Novel Periosteum-Mimetic Scaffolds for Coating Bone Allografts

Figure 1. Representative μCT 3D reconstructions showing a femur defect, proximal, and distal host tissue and bone callus (*) Longitudinal cross sections reveal graft incorporation at certain host‐graft junctions (#).



IP Status

US Utility Patent Pending: US 2015/0086602 A1


Matt J Kipper
Nicole P Ehrhart
Raimundo Romero
Timothy R Gonzalez

At A Glance


Licensing Director

Steve Foster

Reference No.: 14-013


The inability of bone to heal large defects necessitates the use of bone grafts in many traumatic injuries and disease states.  Bone autografts are considered the gold standard treatment due to their superior clinical performance attributed to the preservation of the periosteum. The periosteum is a critical component of bone healing due to its high vascularization, osteogenic progenitor cells, osteoinductive growth factors, and an osteoconductive structure. However, bone autografts are not without limitations, namely graft size availability and donor site morbidity that lead to further complications such as pain and infection.

Bone allografts have thus become a viable clinical alternative. However, to mitigate an immune response and disease transmission, bone allografts must undergo rigorous cleansing and sterilization steps before implantation, which includes removal of the periosteum. Devitalized allografts have a severely diminished osteogenic potential compared to live autografts. Cortical bone allografts experience limited remodeling due to their dense bone structure, which ultimately limits allografts’ osteointegration. This limited healing often results in premature failure; recent studies have documented segmental bone allografts having a 10-year failure rate as high as 60%. Clearly, strategies for improving the osteogenic and osteoinductive characteristics of bone allografts are needed.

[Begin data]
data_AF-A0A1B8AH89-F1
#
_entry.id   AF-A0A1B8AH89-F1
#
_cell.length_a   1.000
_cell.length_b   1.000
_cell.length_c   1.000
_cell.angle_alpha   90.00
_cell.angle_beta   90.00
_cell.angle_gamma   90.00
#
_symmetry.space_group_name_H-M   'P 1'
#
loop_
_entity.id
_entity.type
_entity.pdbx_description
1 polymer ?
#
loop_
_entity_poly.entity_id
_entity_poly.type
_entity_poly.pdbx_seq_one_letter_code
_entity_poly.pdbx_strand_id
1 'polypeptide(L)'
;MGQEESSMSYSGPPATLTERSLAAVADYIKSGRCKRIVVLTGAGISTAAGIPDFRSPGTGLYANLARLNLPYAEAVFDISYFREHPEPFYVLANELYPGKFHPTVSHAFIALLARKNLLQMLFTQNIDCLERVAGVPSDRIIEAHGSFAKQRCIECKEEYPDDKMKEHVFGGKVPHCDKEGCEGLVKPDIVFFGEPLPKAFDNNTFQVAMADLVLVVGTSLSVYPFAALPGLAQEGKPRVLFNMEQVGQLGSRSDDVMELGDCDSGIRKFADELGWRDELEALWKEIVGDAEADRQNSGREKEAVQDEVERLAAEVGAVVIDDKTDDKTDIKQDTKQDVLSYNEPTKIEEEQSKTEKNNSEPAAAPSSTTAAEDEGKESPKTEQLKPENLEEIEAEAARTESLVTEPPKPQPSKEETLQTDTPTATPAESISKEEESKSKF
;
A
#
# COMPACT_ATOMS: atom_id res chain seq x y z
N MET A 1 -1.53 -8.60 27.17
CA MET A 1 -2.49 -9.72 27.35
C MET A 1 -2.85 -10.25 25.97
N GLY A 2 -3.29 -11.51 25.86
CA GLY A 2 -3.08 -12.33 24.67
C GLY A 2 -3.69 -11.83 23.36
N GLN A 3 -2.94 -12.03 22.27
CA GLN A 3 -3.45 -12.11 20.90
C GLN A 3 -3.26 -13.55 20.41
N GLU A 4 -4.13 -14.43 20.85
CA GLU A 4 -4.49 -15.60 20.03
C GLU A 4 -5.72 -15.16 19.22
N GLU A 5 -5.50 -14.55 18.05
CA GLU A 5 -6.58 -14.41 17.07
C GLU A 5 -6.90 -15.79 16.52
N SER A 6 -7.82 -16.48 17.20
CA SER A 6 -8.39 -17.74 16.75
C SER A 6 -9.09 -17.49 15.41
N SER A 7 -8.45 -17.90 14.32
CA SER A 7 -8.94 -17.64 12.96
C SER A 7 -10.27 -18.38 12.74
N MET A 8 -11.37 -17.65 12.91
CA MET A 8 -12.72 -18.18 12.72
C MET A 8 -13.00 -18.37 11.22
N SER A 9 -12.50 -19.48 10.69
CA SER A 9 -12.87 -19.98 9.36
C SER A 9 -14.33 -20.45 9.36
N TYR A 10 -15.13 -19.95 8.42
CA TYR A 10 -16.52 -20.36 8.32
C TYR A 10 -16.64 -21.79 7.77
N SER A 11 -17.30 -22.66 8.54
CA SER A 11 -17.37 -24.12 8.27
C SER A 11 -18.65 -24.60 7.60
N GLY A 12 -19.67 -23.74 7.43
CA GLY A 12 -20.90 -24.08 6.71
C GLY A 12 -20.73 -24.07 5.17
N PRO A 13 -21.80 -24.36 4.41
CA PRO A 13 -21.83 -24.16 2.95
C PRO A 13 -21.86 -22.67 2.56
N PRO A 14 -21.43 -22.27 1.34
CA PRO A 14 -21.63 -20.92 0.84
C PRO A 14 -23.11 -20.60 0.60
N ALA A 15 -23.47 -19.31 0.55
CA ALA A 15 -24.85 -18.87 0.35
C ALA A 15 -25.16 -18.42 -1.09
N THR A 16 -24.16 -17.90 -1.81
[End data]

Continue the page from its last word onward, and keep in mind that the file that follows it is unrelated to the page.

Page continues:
Technology Overview

Three distinct tissue engineered scaffolds have been developed in order to mimic the biological function of the periosteum:

(1) chitosan nanofibers were directly electrospun on murine bone allografts and subsequently modified with N,N,N-trimethyl chitosan and heparin polyelectrolyte multilayers using a layer-by-layer deposition technique;
(2) N,N,N-trimethyl chitosan and heparin polyelectrolyte multilayers were deposited on murine cortical bone coated with freeze-dried chitosan scaffold; and
(3) N,N,N-trimethyl chitosan and heparin polyelectrolyte multilayers were directly deposited onto murine cortical bone.

These three scaffolds can locally deliver growth factors and stem cells in order to improve host-allograft union. Furthermore, these methods can be expanded for other tissue engineering and regenerative medicine applications.

Figure 2 (Right) Scanning electron micrographs of:

Top Row (A) cortical bone, (B) cortical bone coated with PUA, and (C) cortical bone coated with PUA and a TMC-heparin PEM;

Middle Row (D) cortical bone coated with a chitosan freeze-dried (FD) scaffold, (E) the same FD scaffold after ammonium hydroxide neutralization, and (F) after TMC-heparin PEM deposition;

Bottom Row (G) cortical bone coated with electrospun chitosan nanofibers (NF), (H) the NF after ammonium hydroxide neutralization, and (I) after TMC-heparin PEM deposition

Last updated: February 2021